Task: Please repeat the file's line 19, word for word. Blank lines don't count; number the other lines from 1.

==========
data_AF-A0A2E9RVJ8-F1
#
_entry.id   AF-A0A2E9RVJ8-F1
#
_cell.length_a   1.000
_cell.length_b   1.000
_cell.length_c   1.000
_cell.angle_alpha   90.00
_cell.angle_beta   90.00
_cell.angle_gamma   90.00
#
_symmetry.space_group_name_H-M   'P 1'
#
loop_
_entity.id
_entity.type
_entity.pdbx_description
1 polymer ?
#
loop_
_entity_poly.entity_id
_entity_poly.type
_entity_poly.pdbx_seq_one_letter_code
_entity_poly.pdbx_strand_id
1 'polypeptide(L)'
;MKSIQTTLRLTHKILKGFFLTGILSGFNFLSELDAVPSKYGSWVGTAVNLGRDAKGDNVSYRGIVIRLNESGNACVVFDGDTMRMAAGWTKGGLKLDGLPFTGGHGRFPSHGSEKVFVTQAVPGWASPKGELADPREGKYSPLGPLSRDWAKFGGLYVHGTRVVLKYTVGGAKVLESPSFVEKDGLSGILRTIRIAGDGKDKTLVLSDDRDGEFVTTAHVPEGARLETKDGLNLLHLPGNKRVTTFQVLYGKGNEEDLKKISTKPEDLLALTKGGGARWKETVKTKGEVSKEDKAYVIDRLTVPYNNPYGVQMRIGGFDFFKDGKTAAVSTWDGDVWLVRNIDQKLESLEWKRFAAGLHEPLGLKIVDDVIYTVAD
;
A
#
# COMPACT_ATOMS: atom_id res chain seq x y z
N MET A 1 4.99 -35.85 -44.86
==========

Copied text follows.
#